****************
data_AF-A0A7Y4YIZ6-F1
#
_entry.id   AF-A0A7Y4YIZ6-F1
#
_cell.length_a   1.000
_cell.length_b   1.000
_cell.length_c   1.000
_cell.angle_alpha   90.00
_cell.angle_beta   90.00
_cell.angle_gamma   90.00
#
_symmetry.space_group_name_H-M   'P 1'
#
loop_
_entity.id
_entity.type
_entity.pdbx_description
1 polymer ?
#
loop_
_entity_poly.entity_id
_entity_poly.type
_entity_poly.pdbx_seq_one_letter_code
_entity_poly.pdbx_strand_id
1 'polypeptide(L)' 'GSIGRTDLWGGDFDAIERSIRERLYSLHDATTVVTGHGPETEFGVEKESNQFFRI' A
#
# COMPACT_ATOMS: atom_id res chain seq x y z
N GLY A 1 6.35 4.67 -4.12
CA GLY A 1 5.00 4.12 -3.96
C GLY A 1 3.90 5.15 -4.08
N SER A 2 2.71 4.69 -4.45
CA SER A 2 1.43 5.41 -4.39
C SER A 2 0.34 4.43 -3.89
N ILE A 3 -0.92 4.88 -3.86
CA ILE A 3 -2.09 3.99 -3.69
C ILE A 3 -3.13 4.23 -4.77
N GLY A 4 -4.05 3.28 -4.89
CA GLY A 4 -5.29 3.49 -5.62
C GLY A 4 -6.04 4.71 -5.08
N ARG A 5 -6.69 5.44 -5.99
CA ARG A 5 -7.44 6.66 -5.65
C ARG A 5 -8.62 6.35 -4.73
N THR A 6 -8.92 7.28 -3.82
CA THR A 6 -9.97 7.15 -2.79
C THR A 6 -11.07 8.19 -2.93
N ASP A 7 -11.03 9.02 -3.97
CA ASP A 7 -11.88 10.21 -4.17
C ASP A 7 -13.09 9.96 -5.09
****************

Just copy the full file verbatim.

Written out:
data_AF-A0A7Y4YIZ6-F1
#
_entry.id   AF-A0A7Y4YIZ6-F1
#
_cell.length_a   1.000
_cell.length_b   1.000
_cell.length_c   1.000
_cell.angle_alpha   90.00
_cell.angle_beta   90.00
_cell.angle_gamma   90.00
#
_symmetry.space_group_name_H-M   'P 1'
#
loop_
_entity.id
_entity.type
_entity.pdbx_description
1 polymer ?
#
loop_
_entity_poly.entity_id
_entity_poly.type
_entity_poly.pdbx_seq_one_letter_code
_entity_poly.pdbx_strand_id
1 'polypeptide(L)' 'GSIGRTDLWGGDFDAIERSIRERLYSLHDATTVVTGHGPETEFGVEKESNQFFRI' A
#
# COMPACT_ATOMS: atom_id res chain seq x y z
N GLY A 1 6.35 4.67 -4.12
CA GLY A 1 5.00 4.12 -3.96
C GLY A 1 3.90 5.15 -4.08
N SER A 2 2.71 4.69 -4.45
CA SER A 2 1.43 5.41 -4.39
C SER A 2 0.34 4.43 -3.89
N ILE A 3 -0.92 4.88 -3.86
CA ILE A 3 -2.09 3.99 -3.69
C ILE A 3 -3.13 4.23 -4.77
N GLY A 4 -4.05 3.28 -4.89
CA GLY A 4 -5.29 3.49 -5.62
C GLY A 4 -6.04 4.71 -5.08
N ARG A 5 -6.69 5.44 -5.99
CA ARG A 5 -7.44 6.66 -5.65
C ARG A 5 -8.62 6.35 -4.73
N THR A 6 -8.92 7.28 -3.82
CA THR A 6 -9.97 7.15 -2.79
C THR A 6 -11.07 8.19 -2.93
N ASP A 7 -11.03 9.02 -3.97
CA ASP A 7 -11.88 10.21 -4.17
C ASP A 7 -13.09 9.96 -5.09